This is post number 20 in a series of guest posts written by a visiting anthropology student. You can read more about the author and these posts HERE.

Drinking is one of the first things I got to know about Navajo people right after I came to Navajo land. Randy and Jill have talked a lot about the consequences of drinking, generally car accidents. We touched upon the topics such as the genetic influence, cultural traditions and Navajo people’s world views. Much of what we have discussed is sporadic and lacks depth. I felt so especially after I read a scholarly research on Navajo drinking.

Quintero’s study (1997), conducted in the mid-1990s, provides a comprehensive analysis on Navajo drinking from local people’s perspective. By focusing on the narratives of Navajo people about their experience with or without drinking, this study investigates issues such as how and when Navajo people began drinking, how drinking behavior changed during one’s lifetime, what Navajo people’s attitudes to drinking are, and what the alcohol abuse treatment’s effects are, etc.

The author reveals that most people started drinking as an adolescent, as a result of socialization and growing up. Family is an important factor for the start of drinking behavior. The author emphasizes that drinking behavior changes during one’s lifetime due to various reasons such as consideration for children and family, health, religion. This study illustrates that there was a trend that problems associated with drinking happen at an earlier age among younger generations. According to the author, Navajo people consider drinking to have contributed to the decline of ethics. This study also investigates the cultural factors that affected the abandonment of alcohol use when people were older.

As to treatment programs, the author argues that the effects are not clear since people tend to change their drinking behavior while they are getting old, and that the label of sickness associated with drinking suggested in the treatment programs may negatively affect people’s psychology. In critiquing the theories that consider Navajo drinking as problematic for social change, this study emphasizes the social and cultural mechanisms that help control drinking.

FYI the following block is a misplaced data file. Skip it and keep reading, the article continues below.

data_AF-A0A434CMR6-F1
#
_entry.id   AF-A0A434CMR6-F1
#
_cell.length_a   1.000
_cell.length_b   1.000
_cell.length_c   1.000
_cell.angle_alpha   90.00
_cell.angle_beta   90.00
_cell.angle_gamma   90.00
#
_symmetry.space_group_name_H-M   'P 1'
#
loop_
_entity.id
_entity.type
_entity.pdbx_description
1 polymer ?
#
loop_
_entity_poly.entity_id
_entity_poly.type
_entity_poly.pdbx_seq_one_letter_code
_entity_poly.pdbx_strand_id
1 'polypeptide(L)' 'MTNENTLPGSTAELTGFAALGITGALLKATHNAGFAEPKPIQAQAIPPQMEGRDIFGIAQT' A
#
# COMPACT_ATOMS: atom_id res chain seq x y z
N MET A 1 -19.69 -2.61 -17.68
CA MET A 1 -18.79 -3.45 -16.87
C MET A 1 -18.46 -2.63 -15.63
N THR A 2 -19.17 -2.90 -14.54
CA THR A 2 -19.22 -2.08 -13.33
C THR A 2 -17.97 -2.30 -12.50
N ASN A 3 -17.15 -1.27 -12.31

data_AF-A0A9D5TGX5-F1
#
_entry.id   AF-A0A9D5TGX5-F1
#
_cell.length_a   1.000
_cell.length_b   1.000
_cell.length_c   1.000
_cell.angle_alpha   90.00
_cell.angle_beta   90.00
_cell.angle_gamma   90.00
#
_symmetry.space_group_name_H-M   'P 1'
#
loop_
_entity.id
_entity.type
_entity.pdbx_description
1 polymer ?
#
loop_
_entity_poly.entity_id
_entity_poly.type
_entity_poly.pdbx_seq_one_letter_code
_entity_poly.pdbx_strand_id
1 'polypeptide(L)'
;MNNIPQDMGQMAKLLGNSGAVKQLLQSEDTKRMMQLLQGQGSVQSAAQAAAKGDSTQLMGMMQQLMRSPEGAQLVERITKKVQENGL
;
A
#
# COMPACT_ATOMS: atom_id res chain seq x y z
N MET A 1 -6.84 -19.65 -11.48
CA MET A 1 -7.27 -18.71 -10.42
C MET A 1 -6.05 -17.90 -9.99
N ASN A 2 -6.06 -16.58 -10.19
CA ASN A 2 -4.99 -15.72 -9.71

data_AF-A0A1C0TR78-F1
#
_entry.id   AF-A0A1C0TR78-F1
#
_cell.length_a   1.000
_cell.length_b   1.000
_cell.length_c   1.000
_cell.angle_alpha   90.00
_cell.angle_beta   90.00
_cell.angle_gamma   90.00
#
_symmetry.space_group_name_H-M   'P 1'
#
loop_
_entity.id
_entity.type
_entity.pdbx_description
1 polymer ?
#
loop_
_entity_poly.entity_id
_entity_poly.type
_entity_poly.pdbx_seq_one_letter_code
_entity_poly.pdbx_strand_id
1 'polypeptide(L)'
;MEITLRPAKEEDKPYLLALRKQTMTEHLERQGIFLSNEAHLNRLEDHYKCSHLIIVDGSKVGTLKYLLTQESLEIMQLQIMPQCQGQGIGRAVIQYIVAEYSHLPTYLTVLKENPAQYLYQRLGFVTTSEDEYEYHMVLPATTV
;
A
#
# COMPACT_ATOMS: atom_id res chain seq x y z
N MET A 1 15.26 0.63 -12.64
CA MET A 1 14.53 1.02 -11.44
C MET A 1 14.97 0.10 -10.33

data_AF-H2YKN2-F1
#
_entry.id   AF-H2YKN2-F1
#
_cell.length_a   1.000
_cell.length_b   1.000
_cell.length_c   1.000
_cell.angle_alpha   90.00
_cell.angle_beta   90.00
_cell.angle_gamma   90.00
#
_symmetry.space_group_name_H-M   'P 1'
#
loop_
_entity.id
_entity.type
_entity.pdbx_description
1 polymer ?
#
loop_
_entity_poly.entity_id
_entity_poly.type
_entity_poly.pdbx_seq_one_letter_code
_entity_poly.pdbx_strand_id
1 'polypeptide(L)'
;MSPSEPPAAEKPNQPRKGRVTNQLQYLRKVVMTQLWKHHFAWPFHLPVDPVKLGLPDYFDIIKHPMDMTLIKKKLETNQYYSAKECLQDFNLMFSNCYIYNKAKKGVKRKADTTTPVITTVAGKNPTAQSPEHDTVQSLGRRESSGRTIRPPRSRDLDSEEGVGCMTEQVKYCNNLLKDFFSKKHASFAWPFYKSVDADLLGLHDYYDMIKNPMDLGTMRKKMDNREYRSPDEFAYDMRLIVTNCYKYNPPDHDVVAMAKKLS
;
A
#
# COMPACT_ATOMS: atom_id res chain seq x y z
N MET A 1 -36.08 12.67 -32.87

Reference:

Quintero, Gilbert. 1997. The Discourse on Drinking in Navajo Society. Ph.D Dissertation, University of Arizona.

(Note from Jill–although I haven’t read the referenced dissertation, I disagree with his conclusions as portrayed in this post in two respects. From what we have heard from “elderlies” in the community, there USED to be more effective social and cultural mechanisms that helped to control drinking. Today most family members throw their hands up helplessly and bemoan the deaths and violence caused by alcohol but state very clearly that nothing can be done about it. Second, we experienced first hand that often the older people who talked with pride about “being on the sobriety road” were actually drunk on numerous days per week. Navajo are very good at giving the expected answer in conversation. I know that we heard occasional joking among Navajo friends who had given nonsense information to outsiders who then believed that erroneous information. The Navajo saw this as a joke, not as something to be concerned about or something to be corrected. It seems to me that this might well have happened to the researcher who wrote the dissertation.)

(I have written a number of posts about our observations of drinking among local Navajo. You can see two of these posts HERE and HERE.)

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